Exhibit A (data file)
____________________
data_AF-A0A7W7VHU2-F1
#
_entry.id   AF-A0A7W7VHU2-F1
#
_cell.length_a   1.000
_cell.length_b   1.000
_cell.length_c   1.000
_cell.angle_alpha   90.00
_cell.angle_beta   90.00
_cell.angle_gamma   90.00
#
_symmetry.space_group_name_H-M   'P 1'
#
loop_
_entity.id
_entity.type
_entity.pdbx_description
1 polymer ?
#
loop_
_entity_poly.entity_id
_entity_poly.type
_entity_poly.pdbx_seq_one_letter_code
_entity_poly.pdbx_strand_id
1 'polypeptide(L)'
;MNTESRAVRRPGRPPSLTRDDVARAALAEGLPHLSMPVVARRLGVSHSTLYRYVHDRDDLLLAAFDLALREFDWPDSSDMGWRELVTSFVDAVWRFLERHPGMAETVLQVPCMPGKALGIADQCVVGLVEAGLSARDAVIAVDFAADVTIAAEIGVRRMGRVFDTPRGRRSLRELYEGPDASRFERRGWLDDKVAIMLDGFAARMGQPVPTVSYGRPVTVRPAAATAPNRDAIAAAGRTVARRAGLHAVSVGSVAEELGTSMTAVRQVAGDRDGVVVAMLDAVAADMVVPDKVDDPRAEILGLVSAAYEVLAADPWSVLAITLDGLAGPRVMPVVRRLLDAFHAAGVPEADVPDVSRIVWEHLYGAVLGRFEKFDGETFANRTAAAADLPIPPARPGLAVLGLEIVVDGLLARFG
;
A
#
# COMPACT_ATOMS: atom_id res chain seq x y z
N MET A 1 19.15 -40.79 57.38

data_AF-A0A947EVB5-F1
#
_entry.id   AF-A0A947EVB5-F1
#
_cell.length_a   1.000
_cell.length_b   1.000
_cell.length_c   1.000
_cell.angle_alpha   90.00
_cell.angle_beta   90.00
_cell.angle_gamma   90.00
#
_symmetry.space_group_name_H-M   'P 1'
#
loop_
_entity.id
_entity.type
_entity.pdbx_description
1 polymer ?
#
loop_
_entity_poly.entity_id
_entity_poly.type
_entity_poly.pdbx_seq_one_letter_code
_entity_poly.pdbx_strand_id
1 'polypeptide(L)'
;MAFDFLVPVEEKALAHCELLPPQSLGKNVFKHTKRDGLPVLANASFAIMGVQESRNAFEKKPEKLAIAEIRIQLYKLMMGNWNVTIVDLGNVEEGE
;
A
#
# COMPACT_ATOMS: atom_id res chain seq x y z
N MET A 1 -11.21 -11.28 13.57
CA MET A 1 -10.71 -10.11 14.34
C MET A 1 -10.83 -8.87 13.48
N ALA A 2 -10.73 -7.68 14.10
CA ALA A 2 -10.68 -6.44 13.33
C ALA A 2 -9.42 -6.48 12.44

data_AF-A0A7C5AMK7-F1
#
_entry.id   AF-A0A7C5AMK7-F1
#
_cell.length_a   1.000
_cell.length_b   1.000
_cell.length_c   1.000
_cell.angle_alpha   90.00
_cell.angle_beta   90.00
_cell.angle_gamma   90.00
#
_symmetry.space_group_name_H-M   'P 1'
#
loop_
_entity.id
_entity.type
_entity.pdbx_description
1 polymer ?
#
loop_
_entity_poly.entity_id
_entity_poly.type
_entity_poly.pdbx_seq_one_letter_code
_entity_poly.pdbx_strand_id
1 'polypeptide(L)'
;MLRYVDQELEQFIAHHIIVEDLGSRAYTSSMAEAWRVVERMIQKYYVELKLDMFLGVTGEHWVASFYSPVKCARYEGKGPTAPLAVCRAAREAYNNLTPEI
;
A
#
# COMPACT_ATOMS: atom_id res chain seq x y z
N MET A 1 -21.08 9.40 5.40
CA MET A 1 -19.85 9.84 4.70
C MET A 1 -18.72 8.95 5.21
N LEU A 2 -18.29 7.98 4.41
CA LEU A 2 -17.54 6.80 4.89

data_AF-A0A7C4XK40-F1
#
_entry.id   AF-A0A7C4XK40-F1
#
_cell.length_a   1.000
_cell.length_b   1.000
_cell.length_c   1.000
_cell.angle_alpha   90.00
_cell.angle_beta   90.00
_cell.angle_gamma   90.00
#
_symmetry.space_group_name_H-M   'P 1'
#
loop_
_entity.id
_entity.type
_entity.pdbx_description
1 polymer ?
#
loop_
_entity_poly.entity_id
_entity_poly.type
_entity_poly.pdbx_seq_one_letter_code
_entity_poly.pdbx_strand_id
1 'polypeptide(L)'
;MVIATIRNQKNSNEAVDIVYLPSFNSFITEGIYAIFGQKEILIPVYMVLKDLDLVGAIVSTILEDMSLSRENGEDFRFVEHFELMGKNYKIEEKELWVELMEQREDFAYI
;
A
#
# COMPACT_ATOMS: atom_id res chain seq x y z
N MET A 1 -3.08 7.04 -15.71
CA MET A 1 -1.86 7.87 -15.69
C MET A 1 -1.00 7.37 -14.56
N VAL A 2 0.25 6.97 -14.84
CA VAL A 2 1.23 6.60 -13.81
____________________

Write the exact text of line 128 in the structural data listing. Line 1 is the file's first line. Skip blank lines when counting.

;MVIATIRNQKNSNEAVDIVYLPSFNSFITEGIYAIFGQKEILIPVYMVLKDLDLVGAIVSTILEDMSLSRENGEDFRFVEHFELMGKNYKIEEKELWVELMEQREDFAYI